Direct Procaspase-3 Activation as an Anti-Cancer Strategy: Compound Discovery, Mechanism of Action, and a Canine Clinical Trial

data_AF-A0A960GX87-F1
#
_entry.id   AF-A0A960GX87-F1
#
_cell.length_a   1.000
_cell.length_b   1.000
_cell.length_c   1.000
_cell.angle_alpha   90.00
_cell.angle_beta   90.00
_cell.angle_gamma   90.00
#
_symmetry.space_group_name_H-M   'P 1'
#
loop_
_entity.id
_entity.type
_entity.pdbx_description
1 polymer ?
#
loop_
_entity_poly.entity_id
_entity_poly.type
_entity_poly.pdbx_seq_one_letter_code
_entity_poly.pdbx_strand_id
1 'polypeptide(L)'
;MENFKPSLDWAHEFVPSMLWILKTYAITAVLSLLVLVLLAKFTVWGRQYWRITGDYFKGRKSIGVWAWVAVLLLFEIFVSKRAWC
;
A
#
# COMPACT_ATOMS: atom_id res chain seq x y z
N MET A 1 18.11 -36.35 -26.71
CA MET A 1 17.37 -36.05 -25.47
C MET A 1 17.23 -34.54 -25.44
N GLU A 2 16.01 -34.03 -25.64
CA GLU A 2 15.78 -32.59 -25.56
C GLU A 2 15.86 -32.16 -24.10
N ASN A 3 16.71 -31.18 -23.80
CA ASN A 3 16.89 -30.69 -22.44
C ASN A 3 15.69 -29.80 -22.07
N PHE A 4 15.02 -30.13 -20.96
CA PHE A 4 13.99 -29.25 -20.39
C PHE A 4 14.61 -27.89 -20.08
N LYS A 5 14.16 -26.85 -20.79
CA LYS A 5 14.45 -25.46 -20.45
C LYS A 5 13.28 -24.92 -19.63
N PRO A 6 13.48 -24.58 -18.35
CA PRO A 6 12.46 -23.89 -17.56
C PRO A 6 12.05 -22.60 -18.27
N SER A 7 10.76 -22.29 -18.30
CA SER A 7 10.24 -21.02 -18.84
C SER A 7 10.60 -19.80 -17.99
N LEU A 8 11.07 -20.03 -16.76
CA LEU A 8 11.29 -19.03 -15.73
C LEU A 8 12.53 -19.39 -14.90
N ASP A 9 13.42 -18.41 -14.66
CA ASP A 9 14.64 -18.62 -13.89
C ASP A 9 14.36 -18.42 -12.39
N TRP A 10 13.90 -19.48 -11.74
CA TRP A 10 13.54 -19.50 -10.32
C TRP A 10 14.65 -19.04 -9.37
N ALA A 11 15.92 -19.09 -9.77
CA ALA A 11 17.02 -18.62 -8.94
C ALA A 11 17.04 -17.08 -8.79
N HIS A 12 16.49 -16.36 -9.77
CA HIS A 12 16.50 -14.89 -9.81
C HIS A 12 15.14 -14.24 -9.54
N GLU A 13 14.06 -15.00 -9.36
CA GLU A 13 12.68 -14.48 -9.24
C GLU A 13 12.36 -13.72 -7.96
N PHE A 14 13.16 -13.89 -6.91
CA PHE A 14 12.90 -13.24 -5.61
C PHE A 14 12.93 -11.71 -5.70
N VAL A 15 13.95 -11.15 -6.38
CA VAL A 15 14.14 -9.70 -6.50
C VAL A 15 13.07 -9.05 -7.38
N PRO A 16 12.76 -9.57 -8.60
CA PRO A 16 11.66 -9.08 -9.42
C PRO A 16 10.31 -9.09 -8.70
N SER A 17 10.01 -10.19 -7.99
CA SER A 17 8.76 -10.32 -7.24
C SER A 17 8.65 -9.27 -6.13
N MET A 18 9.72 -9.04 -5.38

Abstract for lecture: Despite tremendous advances in cell biology and medicinal chemistry, the entirety of FDA-approved drugs target just ~300 different human proteins. While the development of new compounds for known targets has value, large advances in disease treatment are likely to come from the exploitation of new biological targets. A major goal of my laboratory is to identify novel targets and compounds for the treatment of cancer, with an eye toward personalized therapeutics that can be matched with specific defects in the cancerous cells of a patient. In this lecture the direct activation of procaspase-3 as a novel anti-cancer strategy will be detailed. The discovery of the first procaspase-3 activating compound (PAC-1), the biochemical mode of action of PAC-1, the chemical optimization of PAC-1, and the mechanism by which PAC-1 induces death in cancer cells in culture will all be described. In addition, the beginnings of a clinical trial of a PAC-1 derivative in client-owned dogs (pets) with lymphoma will be reported.